We are all the same; and, each of us is an-other alive, creative & entirely unique self.

The only RULE is YOU CAN NOT DO IT WRONG.

For the first half of class, I ask you to focus primarily on the direct body-based experience, to dive into the minutia of our sensations.  It is important to slow down and build the depth of feeling and sensing (direct perception) before asking questions that take us emotionally and imaginally beyond the our immediate awareness.  Once the field of somatic sensing is awake, the the bridge between immediate somatic insights and the capacity to mindfully apply them to your life is totally open!

~ • ~

Questions:

Photo by Sean Stutchen ~ Epic Eden Hot Springs Retreat

• How are you listening to your partner?
• How are you listening to yourself?
• How are you meeting your self and this person in a new, fresh way?
• What do you know about them right now just by how they breathe and how they hold their body?
• Can you relax into connection to invite a deeper connection and trust from them?
• How are you bringing luminous awareness and presence to your actions?
• Where are withholding your awareness and presence?
• How are you attending to your body, to your own needs, boundaries and desires?
• Are you willing to articulate boundaries and needs?  Can you do this with an open heart?
• Are you moving from INTEGRITY?  Do you compromise basic needs for the sake of “the other” or in order to “get it right”?
• Are you willing to feel all the sensations that are present?
• Where is the sense of pleasure in your body?  Be specific.  Go more deeply into it.  Breathe and move from there.
• Where do you feel deadness, dullness, pain or stiffness in your body.  Be specific.  Are you willing be present with this and to move and breathe into this place?
• Are you willing to be vulnerable?
• Are you willing to NOT KNOW?
• What new possibilities arise when you stay present and curious with not knowing?
• How do you experience your CENTER in partnership?
• What are the motives behind your actions?
– Are you trying to please your partner or the instructor?
– Are you trying to prove yourself?
– Are you trying to “do it right?”
– Are you trying to control the situation?
• CURIOSITY.  How can curiosity support you to innovate, open and thrive?
• How is power showing up for you in this exercise?  What are you learning about cooperation, feedback, balance, listening, trust & levity in relationship to power?
• Can you give and receive at the same time?
• What does “giving” mean for you?
• What does receiving mean for you?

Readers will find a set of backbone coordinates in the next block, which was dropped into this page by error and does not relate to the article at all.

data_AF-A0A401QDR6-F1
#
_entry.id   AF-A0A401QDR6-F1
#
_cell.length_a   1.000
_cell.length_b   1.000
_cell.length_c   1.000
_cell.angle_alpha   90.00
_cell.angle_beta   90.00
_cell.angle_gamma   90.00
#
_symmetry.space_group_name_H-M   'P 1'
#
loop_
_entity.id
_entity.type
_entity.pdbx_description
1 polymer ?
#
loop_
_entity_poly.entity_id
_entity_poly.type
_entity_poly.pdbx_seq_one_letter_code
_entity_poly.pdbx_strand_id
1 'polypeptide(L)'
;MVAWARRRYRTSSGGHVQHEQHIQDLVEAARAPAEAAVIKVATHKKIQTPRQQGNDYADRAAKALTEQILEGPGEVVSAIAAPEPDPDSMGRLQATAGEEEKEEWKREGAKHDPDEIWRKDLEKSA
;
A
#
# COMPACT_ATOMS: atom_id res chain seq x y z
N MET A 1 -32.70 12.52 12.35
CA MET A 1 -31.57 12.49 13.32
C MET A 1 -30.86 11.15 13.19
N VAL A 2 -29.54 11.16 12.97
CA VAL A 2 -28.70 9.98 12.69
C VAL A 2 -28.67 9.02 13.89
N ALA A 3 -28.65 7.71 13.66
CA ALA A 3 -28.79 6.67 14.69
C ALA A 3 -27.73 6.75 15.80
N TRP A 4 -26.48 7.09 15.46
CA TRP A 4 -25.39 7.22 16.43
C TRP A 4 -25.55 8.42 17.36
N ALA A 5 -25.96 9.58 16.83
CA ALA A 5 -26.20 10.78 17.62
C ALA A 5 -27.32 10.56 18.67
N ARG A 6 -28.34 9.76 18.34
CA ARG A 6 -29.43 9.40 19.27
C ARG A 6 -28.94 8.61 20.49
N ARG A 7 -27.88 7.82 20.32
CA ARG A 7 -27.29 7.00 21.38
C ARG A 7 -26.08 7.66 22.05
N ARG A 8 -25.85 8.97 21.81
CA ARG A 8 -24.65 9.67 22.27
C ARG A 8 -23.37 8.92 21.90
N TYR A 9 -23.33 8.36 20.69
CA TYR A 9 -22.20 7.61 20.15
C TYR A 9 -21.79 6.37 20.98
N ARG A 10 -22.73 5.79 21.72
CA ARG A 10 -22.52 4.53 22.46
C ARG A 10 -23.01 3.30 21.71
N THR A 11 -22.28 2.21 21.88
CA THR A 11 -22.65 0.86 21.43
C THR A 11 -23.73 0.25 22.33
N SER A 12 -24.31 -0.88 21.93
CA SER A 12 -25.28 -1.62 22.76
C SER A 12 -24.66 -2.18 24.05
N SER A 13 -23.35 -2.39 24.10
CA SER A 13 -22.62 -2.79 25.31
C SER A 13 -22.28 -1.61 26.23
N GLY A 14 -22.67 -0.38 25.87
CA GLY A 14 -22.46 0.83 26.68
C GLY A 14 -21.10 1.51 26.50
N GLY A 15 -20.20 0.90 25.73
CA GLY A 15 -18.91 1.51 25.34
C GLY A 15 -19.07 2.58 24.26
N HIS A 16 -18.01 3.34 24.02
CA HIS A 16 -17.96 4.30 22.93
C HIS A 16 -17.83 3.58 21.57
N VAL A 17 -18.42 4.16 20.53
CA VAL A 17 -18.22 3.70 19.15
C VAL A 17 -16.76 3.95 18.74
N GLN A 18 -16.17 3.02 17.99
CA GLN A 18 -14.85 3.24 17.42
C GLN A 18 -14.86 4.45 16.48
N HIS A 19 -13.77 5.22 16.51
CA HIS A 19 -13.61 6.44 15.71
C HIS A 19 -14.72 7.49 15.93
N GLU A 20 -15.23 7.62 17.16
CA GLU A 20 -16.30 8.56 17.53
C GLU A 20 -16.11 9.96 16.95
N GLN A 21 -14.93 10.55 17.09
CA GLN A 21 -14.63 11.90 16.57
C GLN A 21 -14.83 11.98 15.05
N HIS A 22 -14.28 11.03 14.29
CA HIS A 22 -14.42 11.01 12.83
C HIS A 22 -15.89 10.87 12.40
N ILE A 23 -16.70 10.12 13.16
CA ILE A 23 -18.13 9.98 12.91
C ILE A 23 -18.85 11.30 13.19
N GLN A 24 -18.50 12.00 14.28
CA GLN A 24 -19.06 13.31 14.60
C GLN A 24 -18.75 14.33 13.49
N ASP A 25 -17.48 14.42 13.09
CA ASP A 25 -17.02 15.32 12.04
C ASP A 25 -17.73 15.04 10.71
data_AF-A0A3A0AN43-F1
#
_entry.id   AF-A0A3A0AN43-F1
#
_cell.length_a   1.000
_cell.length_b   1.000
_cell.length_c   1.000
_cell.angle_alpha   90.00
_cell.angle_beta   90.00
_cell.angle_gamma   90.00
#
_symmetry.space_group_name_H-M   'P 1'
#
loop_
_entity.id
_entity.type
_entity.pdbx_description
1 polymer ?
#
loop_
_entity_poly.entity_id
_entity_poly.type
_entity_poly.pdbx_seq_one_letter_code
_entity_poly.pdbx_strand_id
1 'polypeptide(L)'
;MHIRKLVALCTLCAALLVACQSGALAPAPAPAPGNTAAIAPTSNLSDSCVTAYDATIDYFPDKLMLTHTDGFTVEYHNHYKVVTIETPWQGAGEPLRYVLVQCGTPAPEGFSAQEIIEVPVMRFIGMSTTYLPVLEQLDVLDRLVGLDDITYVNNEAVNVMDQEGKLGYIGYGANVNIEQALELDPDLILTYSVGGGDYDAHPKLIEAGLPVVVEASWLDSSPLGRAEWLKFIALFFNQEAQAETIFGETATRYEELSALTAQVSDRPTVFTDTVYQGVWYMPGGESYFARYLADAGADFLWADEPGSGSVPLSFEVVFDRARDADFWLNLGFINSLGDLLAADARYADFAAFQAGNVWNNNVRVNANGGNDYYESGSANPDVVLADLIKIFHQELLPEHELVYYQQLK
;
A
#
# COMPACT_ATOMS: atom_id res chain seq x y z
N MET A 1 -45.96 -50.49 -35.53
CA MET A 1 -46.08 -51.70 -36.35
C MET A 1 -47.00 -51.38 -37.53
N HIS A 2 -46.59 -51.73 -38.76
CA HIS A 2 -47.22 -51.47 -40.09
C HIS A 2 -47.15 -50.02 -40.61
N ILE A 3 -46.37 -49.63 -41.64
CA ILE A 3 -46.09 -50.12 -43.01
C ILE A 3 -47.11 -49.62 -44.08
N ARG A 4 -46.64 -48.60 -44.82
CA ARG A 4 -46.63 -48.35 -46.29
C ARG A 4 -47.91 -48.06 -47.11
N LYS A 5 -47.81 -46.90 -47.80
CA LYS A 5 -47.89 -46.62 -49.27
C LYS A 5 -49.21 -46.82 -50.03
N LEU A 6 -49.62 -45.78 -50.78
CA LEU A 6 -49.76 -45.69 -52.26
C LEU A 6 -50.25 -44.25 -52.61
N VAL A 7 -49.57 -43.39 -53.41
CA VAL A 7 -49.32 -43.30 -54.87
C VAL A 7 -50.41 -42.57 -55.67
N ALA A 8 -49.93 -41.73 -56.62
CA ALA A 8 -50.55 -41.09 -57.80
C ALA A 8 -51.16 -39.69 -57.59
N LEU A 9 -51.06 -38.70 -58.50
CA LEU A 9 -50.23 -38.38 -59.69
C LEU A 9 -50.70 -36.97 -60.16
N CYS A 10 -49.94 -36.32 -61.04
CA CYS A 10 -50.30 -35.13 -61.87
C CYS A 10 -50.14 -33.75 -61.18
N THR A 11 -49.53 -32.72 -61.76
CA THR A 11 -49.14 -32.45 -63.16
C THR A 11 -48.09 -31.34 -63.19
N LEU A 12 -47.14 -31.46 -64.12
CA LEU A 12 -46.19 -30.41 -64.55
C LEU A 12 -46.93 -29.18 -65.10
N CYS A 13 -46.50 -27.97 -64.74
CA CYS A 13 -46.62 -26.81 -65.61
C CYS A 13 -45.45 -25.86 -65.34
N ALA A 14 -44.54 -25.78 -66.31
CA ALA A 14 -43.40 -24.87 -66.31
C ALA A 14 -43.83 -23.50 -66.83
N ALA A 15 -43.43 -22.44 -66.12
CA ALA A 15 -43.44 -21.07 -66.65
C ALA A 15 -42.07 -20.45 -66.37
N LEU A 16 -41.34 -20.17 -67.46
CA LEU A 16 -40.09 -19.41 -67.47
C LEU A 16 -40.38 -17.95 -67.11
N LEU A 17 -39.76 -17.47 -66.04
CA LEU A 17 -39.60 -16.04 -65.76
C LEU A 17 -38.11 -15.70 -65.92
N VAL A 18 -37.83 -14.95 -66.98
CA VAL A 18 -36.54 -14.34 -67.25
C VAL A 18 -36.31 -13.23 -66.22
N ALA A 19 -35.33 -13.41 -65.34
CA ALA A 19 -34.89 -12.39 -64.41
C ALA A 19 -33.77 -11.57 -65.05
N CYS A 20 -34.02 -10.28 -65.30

• The way you are experiencing this exercise is a reflection of how you experience relationship in every other aspect of your life.  What do you notice?
• Is competition showing up for you in this situation? How does competition support your success & excellence?  And, how might it undermine collaboration and compassionate leadership?
• Are you willing to trust your partner?  Can you trust yourself?  What do you get when you CHOOSE this trust?  What happens when you don’t trust?
• What is the difference between supple and rigid strength?  Can you cultivate one while releasing the other?
• Are you more comfortable leading or following?  Can you balance following withleading?  What does this mean to you and your work?
• Can you balance effort with relaxation?
• Where is the “sweet spot” for you in the balance between striving and surrender?
• Do you feel more safe, present or empowered when you are giving or when you are receiving?
• What does this tell you about the ways in which you lead and build relationships?

• How do you want to apply the simple lessons you have learned from your body and your experience of your partner in this exercise to your life and your work?

• How can experiences like this support you to work and play more from your heart rather than your head (your ideas & goals about projected outcomes) or your will (the desire to maintain control over the outcome)?

• What qualities do you notice are most supportive of collaboration, shared leadership and ease?

• What did you learn about your own impulse patterns, motivations and commitments?

• Where were your growing edges?  Do you want to commit to any particular mindfulness practices as a result of your experience today?

….Well, that’s maybe enough for a lifetime.

Next post: Questions on PURPOSE.

Love,

~s.s.